Le Bruciate: Selecting and Roasting Chestnuts

Chestnuts: These are Marroni

One might not think it, but chestnuts were one of the most important Italian crops until well into the 20th century, because the trees grow well on steep mountain slopes where nothing else can be grown, and yield an abundant fall crop that – before the modern age of abundance – provided sustenance through the long winter months: In many areas much of the economy revolved around the crop, which people gathered in the fall and worked long into the winter to sort, process, package and sell. Then, come spring, it was time to tend the chestnut stands again. It was backbreaking work, and it comes as no surprise that when economic conditions improved in the 50s and 60s the majority of Italy’s chestnut farmers sought out other jobs.

For those who remained this has worked out well – chestnuts are tasty and nutritious (indeed, the aristocracy never disdained them they way they did some other staples of the poor), and now that it’s a seller’s market prices have soared. Though a chestnut connoisseur will be able to point out a half-dozen or more kinds of chestnut, you will find two in Italian markets: castagne, which are generally small (an inch or so high and often fairly flat sided) and marroni, which are voluptuously rounded, firm, and larger – up to an inch and a half high, and with a wondrously distended front.

In selecting chestnuts (and this is especially true if you live where chestnuts are imported), trust your eyes. Their skins should have a healthy glow and a beautiful brown shine. If they look dim or mottled they may be moldy. They should also be firm and feel solid, with no air between the skin and the underlying flesh – wizened nuts are likely old. Finally, the skins should be blemish free. In particular, look for pinholes, which likely mean worms.

Chestnuts in a roasting pan - Note the holes in the pan

Chestnuts in a roasting pan – Note the holes in the pan

Italians generally buy chestnuts to make bruciate – roasted chestnuts. In the past, when people kept the hearth going during the winter months, some used terracotta colanders they’d fill with chestnuts and settle into the coals, while others used iron pans with holes punched into them, mounted on long handles (a popcorn popper lined with tinfoil that has holes punched through it would be a good substitute), which they would set on a trivet over the coals.

The terracotta colander can only be used in a fireplace. However, the roasting pan can also be used over a gas flame.

If you cannot find a chestnut roasting pan (they’re sold by a number of mail order outfits) I suggest you purchase a cheap, thin steel skillet (non-stick surfaces are not necessary here) and punch about a dozen holes into the bottom with a thick nail.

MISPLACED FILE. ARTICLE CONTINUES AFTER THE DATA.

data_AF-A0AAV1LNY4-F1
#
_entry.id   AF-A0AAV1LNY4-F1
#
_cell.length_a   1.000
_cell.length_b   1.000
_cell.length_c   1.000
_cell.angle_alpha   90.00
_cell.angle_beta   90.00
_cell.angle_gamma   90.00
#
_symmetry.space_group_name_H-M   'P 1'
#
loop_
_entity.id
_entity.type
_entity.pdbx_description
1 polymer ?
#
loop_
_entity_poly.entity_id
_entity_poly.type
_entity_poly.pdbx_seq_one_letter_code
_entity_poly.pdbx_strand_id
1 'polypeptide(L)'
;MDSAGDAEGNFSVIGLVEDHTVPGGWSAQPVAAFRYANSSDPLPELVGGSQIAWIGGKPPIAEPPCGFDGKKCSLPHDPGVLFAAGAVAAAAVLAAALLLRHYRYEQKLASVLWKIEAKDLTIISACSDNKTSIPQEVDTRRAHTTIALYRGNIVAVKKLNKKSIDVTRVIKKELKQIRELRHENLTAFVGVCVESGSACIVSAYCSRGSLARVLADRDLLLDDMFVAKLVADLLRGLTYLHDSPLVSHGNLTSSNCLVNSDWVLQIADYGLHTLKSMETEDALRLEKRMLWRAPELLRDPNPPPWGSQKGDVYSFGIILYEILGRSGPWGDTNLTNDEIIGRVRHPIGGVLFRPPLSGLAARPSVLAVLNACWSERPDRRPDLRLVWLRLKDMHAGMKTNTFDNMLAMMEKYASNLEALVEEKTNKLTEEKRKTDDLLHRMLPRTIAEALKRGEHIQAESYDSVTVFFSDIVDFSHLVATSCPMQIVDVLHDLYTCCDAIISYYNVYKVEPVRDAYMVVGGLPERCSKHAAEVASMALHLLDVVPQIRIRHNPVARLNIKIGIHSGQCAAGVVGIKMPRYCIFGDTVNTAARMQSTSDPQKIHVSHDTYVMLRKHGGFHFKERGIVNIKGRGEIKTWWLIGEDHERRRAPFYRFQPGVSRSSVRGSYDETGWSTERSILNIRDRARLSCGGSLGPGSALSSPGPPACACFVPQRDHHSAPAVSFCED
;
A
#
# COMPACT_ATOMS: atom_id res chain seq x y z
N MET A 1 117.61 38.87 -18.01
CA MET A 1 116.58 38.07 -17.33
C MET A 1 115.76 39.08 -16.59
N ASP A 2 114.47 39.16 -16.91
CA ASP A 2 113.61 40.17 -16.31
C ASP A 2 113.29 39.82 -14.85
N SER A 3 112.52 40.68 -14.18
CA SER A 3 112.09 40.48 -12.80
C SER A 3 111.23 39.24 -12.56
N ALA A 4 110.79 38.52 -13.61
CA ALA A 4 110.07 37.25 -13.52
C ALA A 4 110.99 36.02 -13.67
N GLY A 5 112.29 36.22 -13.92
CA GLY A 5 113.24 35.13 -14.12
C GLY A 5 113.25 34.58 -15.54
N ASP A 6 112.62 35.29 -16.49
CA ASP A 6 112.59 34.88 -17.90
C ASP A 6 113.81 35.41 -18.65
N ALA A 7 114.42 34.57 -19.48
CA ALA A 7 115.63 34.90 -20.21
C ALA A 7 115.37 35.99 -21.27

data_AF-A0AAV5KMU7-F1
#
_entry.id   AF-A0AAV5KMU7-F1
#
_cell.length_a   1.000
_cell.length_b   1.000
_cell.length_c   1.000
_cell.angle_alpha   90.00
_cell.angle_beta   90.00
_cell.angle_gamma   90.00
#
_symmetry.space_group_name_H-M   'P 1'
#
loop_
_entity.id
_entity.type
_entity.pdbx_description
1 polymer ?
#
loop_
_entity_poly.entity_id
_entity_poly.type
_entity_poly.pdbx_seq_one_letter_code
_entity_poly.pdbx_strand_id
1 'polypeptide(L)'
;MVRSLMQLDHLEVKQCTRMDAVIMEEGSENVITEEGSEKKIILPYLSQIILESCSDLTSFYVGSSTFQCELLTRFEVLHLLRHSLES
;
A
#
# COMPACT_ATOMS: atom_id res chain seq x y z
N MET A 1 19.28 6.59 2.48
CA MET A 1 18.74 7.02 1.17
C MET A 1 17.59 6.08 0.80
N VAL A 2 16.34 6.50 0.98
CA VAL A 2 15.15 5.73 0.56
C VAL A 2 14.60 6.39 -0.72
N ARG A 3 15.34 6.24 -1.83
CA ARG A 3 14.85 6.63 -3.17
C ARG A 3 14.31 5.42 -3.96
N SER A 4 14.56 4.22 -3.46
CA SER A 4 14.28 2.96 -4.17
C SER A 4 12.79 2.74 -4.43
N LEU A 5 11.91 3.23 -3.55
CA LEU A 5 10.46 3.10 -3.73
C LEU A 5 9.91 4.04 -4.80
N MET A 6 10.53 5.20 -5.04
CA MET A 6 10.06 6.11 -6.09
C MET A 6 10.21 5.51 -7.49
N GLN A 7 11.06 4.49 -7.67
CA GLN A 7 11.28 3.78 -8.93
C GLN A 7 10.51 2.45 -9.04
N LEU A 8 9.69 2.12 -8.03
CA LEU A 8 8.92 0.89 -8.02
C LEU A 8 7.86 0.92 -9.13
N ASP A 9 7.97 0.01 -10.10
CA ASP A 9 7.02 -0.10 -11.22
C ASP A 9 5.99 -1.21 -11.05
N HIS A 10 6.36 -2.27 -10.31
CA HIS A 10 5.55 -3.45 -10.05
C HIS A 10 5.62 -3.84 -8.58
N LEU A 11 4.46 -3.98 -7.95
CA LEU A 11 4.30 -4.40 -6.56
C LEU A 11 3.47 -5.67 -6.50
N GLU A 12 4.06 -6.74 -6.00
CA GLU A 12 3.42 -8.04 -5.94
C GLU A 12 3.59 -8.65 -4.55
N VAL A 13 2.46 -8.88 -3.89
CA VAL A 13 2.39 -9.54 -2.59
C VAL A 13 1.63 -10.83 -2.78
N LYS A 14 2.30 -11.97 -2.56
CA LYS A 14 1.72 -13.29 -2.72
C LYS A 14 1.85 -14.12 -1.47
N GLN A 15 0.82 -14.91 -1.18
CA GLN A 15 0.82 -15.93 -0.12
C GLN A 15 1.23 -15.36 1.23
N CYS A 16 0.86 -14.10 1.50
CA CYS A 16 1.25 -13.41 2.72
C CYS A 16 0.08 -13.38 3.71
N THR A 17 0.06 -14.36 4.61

Got a roasting pan and chestnuts?

The first thing to do is line the well of the burner you plan to use with aluminum foil, because roasting chestnuts do give off soot, and the lining (which can be reused) will make cleanup much easier.

Chestnuts Roasting: Note foil lining burner well

Chestnuts Roasting: Note foil lining burner well

Next, make a cut into the round side of each chestnut to keep it from exploding as it heats (I use a small knife with a serrated blade). Line the bottom of the roaster with chestnuts (if you have more you’ll have to roast in batches), sprinkle them lightly with water, and cook them over a medium flame for 10-20 minutes (depending upon their size), shaking them frequently to keep them from burning.

When they’re done the skins will have pulled back from the nuts, and the nutmeats will be firm but fork-tender – charred spots indicate insufficient shaking. Sprinkle them with a few drops of red wine (if you want), wrap them in an old cloth, squeeze them until they crackle, and let them sit in a warm place for five minutes.

Peel back the cloth and enjoy! Few things are more pleasant that sitting around a fire with friends while eating roasted chestnuts and sipping a light red wine such as Vino Novello or Beaujolais Nouveau (its French equivalent).

A Street Vendor in Rome

A Street Vendor in Rome

Don’t have a roasting pan and don’t want to sacrifice a regular pan, or don’t have a gas stove? You can also roast chestnuts in the oven: set your oven to 425 F (210 C), and while it’s heating make cuts in the round sides of the nuts. Arrange the chestnuts either on an oven rack or on a cookie sheet and roast them until the skins have pulled back from the cuts and the nutmeats have softened (exactly how long will depend upon the chestnuts, but at least 15-20 minutes. Wrap them as above and let them sit in a warm place briefly, and then enjoy them.

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Categories: Italian Desserts and Sweets - Dolci, Italian Ingredients

Author:Cosa Bolle in Pentola

Italy boasts an astonishing number of varietals, denominations, and wines, and tremendous changes are sweeping the land. New wines are being created, new DOCs are being introduced, and the existing denominations are overhauling their regulations both to reflect the practices adopted by their member wineries and to favor improvements in quality. Even the most staid and stolid region can flower seemingly overnight, emerging with exciting new wines and wineries that require rewriting the enological maps and rethinking one's positions. And, of course, recipes too, because cuisine and wine are closely intertwined and it's difficult to imagine one without the other.

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